The tinting strength of the colorant for ink-jet printing ink and the organic and inorganic composite particles according to the present invention is preferably not less than 110%, more preferably not less than 115%, still more preferably not less than 120% when measured by the below-mentioned evaluation method.

The degree of desorption of the organic pigments from the colorant for ink-jet printing ink and the organic and inorganic composite particles according to the present invention is preferably the rank 5 or 4, more preferably the rank 5 when visually observed and evaluated by the below-mentioned method. When the degree of desorption of the organic pigments is the rank 1, 2 or 3, uniform dispersion of the colorant for ink-jet printing ink and the organic and inorganic composite particles in ink-jet printing inks or vehicles tends to be inhibited by the desorbed organic pigments.

As to the light resistance of the colorant for ink-jet printing ink and the organic and inorganic composite particles according to the present invention, the ΔE* value thereof is preferably not more than 3.0, more preferably not more than 2.5, still more preferably not more than 2.0 when measured by the below-mentioned evaluation method. When the ΔE* value is more than 3.0, images printed with an ink-jet printing ink using such a colorant as well as paints and resin compositions using the colorant may fail to show a sufficient light resistance.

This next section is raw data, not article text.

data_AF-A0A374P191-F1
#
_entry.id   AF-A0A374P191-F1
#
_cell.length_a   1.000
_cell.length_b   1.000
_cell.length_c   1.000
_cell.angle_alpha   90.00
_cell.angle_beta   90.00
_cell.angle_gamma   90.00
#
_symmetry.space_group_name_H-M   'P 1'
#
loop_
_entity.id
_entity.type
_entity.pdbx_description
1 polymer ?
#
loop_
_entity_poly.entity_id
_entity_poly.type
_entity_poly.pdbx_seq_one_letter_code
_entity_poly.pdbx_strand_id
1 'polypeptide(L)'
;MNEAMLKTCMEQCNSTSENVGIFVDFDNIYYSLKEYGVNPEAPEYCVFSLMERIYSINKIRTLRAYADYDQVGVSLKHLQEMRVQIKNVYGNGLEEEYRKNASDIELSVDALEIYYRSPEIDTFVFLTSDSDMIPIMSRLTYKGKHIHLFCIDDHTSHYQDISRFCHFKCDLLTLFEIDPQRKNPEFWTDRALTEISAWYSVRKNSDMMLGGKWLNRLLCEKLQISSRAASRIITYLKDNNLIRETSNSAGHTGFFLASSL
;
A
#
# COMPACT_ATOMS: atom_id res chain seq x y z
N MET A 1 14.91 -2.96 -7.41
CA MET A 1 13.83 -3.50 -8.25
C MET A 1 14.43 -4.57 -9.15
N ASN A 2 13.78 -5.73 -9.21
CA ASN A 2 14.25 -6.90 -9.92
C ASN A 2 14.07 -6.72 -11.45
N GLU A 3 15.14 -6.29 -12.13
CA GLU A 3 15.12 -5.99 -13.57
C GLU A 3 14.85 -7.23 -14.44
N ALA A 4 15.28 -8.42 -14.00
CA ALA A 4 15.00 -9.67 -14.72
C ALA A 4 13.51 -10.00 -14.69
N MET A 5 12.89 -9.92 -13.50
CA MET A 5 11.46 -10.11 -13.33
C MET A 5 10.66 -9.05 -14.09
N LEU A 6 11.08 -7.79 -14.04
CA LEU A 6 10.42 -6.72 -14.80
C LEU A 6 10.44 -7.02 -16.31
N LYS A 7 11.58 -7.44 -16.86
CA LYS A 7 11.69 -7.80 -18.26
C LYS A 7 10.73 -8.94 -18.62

At least a part of the surface of the colorant for ink-jet printing ink according to the present invention may be further coated, if required, with a surfactant and/or a polymeric dispersing agent. The colorant coated with the surfactant and/or polymeric dispersing agent can be improved in dispersibility in ink-jet printing inks as well as dispersion stability as compared to the uncoated colorant.

Examples of the surfactant may include anionic surfactants, nonionic surfactants and cationic surfactants. In the consideration of the effect of improving dispersibility in ink-jet printing inks as well as dispersion stability, among these surfactants, the anionic surfactants and nonionic surfactants are preferred.

Specific examples of the preferred anionic surfactants may include fatty acid salts, sulfuric acid esters, sulfonic acid salts, phosphoric acid esters or the like. Among these anionic surfactants, sulfuric acid esters and sulfonic acid salts are more preferred.

Specific examples of the preferred nonionic surfactants may include polyethylene glycol-type nonionic surfactants such as polyoxyethylene alkyl ethers and polyoxyethylene aryl ethers; polyhydric alcohol-type nonionic surfactants such as sorbitan fatty acid esters; or the like. Among these nonionic surfactants, polyethylene glycol-type nonionic surfactants are more preferred.